Apr 28, 2018

Evolutionary adaptability linked to length variation in short genic tandem repeats

BioRxiv : the Preprint Server for Biology
William B ReinarKjetill S Jakobsen

Abstract

There is increasing evidence that short tandem repeats (STRs) — mutational hotspots present in genes and in intergenic regions throughout most genomes — may influence gene and protein function and consequently affect the phenotype of an organism. However, the overall importance of STRs and their standing genetic variation within a population, e.g. if and how they facilitate evolutionary change and local adaptation, is still debated. Through genome-wide characterization of STRs in over a thousand wild Arabidopsis thaliana accessions we demonstrate that STRs display significant variation in length across the species' geographical distribution. We find that length variants are correlated with environmental conditions, key adaptive phenotypic traits as well as gene expression levels. Further, we show that coding STRs are overrepresented in putative protein interaction sites. Taken together, our results suggest that these hypervariable loci play a major role in facilitating adaptation in plants, and due to the ubiquitous presence of STRs throughout the tree of life, similar roles in other organisms are likely.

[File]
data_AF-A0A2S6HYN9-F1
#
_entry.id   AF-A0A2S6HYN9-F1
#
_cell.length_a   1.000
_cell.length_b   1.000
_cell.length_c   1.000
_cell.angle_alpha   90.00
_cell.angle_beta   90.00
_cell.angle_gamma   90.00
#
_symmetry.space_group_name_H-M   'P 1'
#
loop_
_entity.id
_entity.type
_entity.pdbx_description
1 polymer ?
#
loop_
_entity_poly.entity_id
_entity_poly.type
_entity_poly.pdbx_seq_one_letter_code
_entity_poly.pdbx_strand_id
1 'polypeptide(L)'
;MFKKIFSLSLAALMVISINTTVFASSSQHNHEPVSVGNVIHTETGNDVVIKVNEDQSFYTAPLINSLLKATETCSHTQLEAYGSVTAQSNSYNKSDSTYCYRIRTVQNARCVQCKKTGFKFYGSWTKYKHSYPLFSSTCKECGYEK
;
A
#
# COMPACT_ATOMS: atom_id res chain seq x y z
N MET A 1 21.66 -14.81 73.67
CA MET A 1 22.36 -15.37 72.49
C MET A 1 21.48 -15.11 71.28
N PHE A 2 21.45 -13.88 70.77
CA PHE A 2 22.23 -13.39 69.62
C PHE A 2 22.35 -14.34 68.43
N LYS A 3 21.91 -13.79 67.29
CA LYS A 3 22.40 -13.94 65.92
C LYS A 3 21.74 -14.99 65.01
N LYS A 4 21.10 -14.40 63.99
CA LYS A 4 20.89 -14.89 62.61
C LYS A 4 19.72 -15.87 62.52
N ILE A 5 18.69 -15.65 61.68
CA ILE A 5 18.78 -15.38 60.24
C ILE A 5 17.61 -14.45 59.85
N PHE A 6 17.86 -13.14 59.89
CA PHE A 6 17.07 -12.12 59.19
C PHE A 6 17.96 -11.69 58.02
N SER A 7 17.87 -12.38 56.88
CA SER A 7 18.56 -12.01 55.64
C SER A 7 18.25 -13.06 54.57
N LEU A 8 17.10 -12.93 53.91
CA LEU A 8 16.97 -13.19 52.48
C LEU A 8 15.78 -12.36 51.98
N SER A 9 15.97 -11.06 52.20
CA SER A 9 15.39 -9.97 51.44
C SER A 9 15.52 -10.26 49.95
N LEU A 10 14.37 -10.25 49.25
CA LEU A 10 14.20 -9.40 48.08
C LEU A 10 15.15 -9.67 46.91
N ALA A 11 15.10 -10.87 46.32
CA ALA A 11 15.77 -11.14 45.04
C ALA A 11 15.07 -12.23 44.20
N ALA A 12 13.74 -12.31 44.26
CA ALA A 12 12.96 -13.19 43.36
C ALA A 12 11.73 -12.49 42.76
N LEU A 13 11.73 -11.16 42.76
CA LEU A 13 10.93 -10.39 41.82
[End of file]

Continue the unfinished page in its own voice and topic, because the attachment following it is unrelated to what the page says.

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Mentioned in this Paper

Genome-Wide Association Study
Short Tandem Repeat
Tandem Repeat Sequences
Exons
Genome
Genes
Protein Function
Gene Expression
Protein-Protein Interaction
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